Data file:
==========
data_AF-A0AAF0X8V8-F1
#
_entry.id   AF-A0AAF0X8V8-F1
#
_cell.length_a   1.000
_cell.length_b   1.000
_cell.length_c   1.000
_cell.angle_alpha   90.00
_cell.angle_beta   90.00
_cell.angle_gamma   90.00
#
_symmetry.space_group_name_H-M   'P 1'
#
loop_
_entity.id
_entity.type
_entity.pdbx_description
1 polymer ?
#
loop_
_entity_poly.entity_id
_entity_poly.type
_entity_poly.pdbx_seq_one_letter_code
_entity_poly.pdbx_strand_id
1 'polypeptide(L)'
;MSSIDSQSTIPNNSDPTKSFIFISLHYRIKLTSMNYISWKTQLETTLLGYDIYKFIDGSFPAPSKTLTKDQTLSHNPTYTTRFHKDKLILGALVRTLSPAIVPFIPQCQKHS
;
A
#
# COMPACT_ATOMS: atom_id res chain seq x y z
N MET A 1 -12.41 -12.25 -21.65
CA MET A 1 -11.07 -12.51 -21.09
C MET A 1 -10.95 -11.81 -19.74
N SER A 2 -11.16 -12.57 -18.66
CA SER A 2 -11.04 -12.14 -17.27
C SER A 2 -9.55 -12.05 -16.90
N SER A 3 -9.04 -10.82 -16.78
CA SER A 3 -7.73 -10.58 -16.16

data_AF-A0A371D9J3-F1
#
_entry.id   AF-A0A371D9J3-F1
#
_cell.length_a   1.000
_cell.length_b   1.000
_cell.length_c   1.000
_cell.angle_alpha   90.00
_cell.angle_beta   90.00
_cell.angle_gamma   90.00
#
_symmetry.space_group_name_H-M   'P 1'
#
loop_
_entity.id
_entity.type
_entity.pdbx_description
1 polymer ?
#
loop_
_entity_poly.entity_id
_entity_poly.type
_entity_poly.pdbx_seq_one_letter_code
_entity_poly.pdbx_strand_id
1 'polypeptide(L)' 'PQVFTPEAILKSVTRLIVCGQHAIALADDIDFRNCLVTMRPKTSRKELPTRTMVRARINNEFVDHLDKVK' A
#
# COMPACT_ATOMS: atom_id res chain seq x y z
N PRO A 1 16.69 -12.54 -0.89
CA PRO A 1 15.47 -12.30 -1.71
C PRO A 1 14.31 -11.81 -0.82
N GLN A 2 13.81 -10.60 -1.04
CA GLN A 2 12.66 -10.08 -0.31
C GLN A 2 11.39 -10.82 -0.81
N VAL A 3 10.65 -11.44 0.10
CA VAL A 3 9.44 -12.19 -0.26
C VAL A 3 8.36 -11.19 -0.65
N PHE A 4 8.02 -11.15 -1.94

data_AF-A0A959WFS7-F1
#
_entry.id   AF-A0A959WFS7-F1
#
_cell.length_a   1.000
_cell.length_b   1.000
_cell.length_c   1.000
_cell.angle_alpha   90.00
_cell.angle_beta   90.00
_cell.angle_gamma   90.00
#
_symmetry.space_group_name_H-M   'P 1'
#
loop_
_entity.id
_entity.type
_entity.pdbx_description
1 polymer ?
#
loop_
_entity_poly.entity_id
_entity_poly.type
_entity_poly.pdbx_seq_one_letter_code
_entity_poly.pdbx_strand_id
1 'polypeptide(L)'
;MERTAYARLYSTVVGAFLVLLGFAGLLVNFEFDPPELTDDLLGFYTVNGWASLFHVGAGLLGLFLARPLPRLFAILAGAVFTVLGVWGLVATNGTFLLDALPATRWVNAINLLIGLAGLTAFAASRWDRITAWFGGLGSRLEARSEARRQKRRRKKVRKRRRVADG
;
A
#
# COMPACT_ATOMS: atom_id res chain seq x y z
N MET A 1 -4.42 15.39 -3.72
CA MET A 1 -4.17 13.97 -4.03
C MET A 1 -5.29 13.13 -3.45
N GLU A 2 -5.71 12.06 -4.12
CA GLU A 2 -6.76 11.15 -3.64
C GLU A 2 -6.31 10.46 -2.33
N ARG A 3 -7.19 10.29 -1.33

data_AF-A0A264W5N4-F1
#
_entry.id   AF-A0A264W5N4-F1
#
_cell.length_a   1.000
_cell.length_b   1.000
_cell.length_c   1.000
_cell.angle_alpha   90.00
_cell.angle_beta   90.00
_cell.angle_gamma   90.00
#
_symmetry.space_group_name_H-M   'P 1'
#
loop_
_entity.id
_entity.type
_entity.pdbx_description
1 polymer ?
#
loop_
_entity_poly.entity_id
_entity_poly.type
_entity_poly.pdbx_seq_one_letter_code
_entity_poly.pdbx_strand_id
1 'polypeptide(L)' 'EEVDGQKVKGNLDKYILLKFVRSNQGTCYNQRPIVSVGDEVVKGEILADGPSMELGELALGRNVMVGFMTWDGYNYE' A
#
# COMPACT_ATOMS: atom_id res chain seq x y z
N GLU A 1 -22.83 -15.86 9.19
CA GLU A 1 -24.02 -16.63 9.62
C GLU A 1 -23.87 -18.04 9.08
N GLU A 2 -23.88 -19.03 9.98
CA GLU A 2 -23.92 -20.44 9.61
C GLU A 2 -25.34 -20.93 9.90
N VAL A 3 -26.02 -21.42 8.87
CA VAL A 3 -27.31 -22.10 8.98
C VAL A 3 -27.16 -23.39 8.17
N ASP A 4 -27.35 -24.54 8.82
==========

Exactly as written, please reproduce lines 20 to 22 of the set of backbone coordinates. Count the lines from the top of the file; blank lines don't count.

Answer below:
loop_
_entity_poly.entity_id
_entity_poly.type